And after Hitchcock and Dartmouth? In 1966, I got into school nursing, which I loved. I began in Hanover, which had about 1600 children in grades K-12. When the Ray School opened in 1970, I moved there. It was perfect for me! The little ones were so open and teachable and the staff were so close knit. It has an amazing reputation that continues to this day.
Did you have any memorable experiences as a school nurse? Among many, one in particular stands out. It was the day Stanley the Python made the trip from the Montshire to the Ray kindergarten class. All the children were excited, but so, unfortunately, was Stanley. He somehow managed to bite one of the little girls on the cheek. She was not really hurt, but the pandemonium was general. I must say that Stanley’s visit was indeed a dumb idea. Interestingly, a number of years later, a young lady came up to me and asked if I remembered her. It turned out that she was the little girl who had the too close encounter with Stanley.
As I understand it, your career extended beyond school nursing. It did. I retired from school nursing in 1989, after 23 years. My husband and I regularly attended Dartmouth sports events. After he passed away in 1998, I really missed the experience. My son suggested that I work in the Athletic Department. I have done so for 18 years, am still loving it, and have even added one long morning at the alumni gym to my duties at football, soccer, and hockey games. Over the years I have met so many nice people who have become friends.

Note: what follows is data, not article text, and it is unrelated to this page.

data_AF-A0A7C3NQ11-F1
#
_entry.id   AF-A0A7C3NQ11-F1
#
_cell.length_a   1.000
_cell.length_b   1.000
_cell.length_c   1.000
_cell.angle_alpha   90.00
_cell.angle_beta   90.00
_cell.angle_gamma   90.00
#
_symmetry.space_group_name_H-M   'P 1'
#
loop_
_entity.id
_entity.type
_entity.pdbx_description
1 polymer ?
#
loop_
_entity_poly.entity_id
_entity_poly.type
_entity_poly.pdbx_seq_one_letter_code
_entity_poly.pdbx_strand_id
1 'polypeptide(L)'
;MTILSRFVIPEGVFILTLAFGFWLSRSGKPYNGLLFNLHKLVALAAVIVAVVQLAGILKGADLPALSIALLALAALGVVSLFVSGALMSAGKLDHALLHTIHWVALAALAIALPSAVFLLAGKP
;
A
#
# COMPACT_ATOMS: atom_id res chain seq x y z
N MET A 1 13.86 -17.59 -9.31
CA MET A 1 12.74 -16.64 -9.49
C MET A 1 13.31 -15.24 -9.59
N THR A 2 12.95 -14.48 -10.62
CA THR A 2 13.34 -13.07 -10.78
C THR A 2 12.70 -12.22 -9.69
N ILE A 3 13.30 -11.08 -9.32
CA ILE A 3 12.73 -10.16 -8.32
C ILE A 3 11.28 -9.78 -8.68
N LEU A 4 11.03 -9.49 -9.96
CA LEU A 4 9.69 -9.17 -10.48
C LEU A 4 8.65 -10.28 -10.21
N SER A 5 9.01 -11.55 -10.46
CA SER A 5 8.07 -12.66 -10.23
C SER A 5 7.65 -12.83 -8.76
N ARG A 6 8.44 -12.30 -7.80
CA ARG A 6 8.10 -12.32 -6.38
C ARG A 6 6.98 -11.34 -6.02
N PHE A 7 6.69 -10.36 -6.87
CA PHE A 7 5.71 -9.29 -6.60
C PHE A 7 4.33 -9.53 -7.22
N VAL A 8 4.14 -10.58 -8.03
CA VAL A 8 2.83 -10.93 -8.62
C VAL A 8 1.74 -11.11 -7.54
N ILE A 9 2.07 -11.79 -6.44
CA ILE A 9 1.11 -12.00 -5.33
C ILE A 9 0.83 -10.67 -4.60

What are the prospects for the Big Green this year? The football team will do well, but I worry about the hockey.
You mentioned that you have lived in the same house in Hanover for over 60 years. Does one ever graduate from being a “flatlander”? My husband was a true Vermonter and always considered me a flatlander. Out of respect for him I remain a flatlander.
How did you come to be a part of the Hanover Center Congregational Church? I attended many churches in the Upper Valley over the years, but the Hanover Center Church has always seemed a perfect fit.
If newcomers to our area asked you for suggestions for a church home, what would you advise them?
I would simply invite them to come experience our church.
I feel blessed to have lived a healthy and active life and to have a grandson nearby who always keeps me busy.
Interview by Ralph Puckett and Karen Hoffmeister